The Indian government has taken several steps in order to mitigate the effects and degree of tax evasion. Amongst actual legislations, Searches, seizures, surveys, and scrutiny of income tax returns are being done by the Income Tax Department.[11] The government has also created Voluntary Disclosure of Income Schemes, whereby black income and assets can actually be declared without penalty or prosecution.[12] In addition, the introduction of the Prevention of Money‐Laundering Act makes any and all activities related to the laundering of money a federal offense with a minimum imprisonment of less than three years.[12] Similarly, the Finance Act of 2004 prosecutes for the falsification of books and taxing gifts worth more than 25,000 Rupees.[12] Given that tax evasion is one of the most wide spread, yet difficult issues a government can deal with, they have historically relegated this issue to recommendations made by Taxation Enquiry Commission (1953), Administrative Reforms Commission (1969), and Direct Tax Enquiry Committee (1971). Additionally, India has attempted to eradicate tax evasion by requiring an identification number for all major financial deals.[12] However, this method has proven very ineffective, as many transactions are conducted with cash and therefore often go unreported.

Service tax

Service tax is imposed by the government on all the services provided by firms and servicing companies in lieu of monetary benefit. The service tax levied on services is actually borne by the customers which in turn goes through multiple channels of levying authorities till back to the government. Service tax will be applicable on the taxable services only which is provided or will be provided by the service provider agreeing upon the concern of actually offering services.

It is a tax levied on services provided in India. The responsibility of collecting the tax lies with the Central Board of Excise and Customs (CBEC). From 2012, service tax is imposed on all services, except those which are specifically exempted under law(e.g. Exempt under Negative List, Exempt as exclusion from Service definition as per Service Tax, Exempt under MEN(Mega exemption notification)). In budget presented for 2008–2009, it was announced that all small service providers whose turnover does not exceed 10 lakh (US$14,000) need not pay service tax. Service tax at a rate of 14 percent(Inclusive of EC & SHEC) will be imposed on all applicable services from 1 June 2015.[13] From 15 November 2015, Swacch Bharat cess of 0.5% has been added to all taxable service leading the new Service Tax rate to be 14.5 percent (Inclusive of EC, SHEC & Swacch Bharat cess).[14] On 29 February 2016, Current Finance Minister Mr. Arun Jaitley announces a new Cess, Krishi Kalyan Cess that would be levied from 1 June 2016 at the rate of 0.5% on all taxable services. The purpose of introducing Krishi Kalyan Cess is to improve agriculture activities and welfare of Indian farmers. Thus, the new Service Tax rate would be 15% incorporating EC, SHEC, Swachh Bharat Cess and Krishi Kalyan Cess.[15]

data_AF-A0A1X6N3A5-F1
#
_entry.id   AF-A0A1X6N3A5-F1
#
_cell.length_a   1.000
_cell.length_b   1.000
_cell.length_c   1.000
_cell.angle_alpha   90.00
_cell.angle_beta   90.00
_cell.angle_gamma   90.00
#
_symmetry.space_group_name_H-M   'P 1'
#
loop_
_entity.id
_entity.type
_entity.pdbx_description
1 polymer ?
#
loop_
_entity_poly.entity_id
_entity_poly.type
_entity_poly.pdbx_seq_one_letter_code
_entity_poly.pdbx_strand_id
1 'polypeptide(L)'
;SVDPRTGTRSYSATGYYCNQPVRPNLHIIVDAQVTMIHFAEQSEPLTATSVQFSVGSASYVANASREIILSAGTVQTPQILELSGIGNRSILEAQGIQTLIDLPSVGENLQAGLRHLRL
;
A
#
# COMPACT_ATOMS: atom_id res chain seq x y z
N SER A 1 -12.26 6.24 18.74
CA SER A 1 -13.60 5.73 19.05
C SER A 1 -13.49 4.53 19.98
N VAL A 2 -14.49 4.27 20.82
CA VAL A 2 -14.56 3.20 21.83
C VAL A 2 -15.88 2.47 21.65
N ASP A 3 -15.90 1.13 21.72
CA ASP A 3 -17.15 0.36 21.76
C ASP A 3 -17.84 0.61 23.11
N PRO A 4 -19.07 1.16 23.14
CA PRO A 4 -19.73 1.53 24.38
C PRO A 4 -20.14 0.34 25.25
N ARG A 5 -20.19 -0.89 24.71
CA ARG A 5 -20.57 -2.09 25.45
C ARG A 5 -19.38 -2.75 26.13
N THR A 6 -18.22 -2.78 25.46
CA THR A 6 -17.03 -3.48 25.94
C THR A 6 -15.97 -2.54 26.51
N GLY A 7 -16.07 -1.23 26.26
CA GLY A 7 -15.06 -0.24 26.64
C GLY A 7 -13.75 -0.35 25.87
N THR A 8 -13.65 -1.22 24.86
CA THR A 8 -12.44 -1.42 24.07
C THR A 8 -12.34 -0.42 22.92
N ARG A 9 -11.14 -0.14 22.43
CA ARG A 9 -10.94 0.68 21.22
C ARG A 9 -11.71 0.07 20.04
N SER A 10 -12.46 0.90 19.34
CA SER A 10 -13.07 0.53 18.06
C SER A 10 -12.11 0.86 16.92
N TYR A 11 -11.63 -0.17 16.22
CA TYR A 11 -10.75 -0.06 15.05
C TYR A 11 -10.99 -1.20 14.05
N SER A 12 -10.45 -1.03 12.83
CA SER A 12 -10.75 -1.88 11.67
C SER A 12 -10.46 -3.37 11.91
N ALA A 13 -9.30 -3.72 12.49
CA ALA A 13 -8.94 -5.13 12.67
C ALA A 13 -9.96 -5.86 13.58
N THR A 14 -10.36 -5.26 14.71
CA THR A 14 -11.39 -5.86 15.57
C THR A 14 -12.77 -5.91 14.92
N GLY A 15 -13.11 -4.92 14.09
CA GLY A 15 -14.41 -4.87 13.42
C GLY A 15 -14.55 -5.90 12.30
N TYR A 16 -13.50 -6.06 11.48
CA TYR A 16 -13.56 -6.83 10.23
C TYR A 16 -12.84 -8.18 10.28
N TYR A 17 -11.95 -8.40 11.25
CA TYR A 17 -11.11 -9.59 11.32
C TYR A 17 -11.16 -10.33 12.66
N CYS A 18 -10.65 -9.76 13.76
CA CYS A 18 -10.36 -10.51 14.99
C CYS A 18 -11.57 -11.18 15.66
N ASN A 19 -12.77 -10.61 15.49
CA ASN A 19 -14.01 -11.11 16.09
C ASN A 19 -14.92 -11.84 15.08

From 2015 to currently, the gross tax collection of the centre from service tax has amounted in excess of 2.10 trillion (US$29 billion).[16]

Service tax has been replaced by Goods and Services Tax in India. Service tax no longer applies to services in India.

Central Excise

Logo of Customs and Central Excise
Logo of Customs and Central Excise

In 2015–2016, the gross tax collection of the centre from excise amounted to 2.80 trillion (US$39 billion).[16]

  1. Central Excise Act, 1944, which imposes a duty of excise on goods manufactured or produced in India;
  2. Central Sales Tax, 1956, which imposes sales tax on goods sold in inter-state trade or commerce in Indisale of property situated within the state[17]

In the 2016 Union budget of India, an excise of duty of 1% without input tax credit and 12.5% with input tax credit was imposed on articles of jewellery with the exception of silver jewellery.[18] The government had earlier proposed an excise duty in the Budget 2011–12, which had to be rolled back after massive protests by jewellers.[19]

  • Central Excise Tariff Act, 1985[20]
  • Central Excise Valuation (Determination of Price of Excisable Goods) Rules, 2000[21]

Constitutionally established scheme of taxation

Article 246[3] of the Indian Constitution, distributes legislative powers including taxation, between the Parliament of India and the State Legislature. Schedule VII enumerates these subject matters with the use of three lists:[3]

  • List - I entailing the areas on which only the parliament is competent to make laws,
  • List - II entailing the areas on which only the state legislature can make laws, and
  • List - III listing the areas on which both the Parliament and the State Legislature can make laws upon concurrently.

Separate heads of taxation are no head of taxation in the Concurrent List (Union and the States have no concurrent power of taxation).[22] The list of thirteen Union heads of taxation and the list of nineteen State heads are given below:[22]

Central government of India

SL. No. Taxes as per Union List
82 Income tax: Taxes on income other than agricultural income.
83 Custom Duty: Duties of customs including export duties
84 Excise Duty: Duties of excise on the following goods manufactured or produced in India namely (a)Petroleum crude (b)high speed diesel (c)motor spirit (commonly known as petrol) (d)natural gas (e) aviation turbine fuel and (f)Tobacco and tobacco products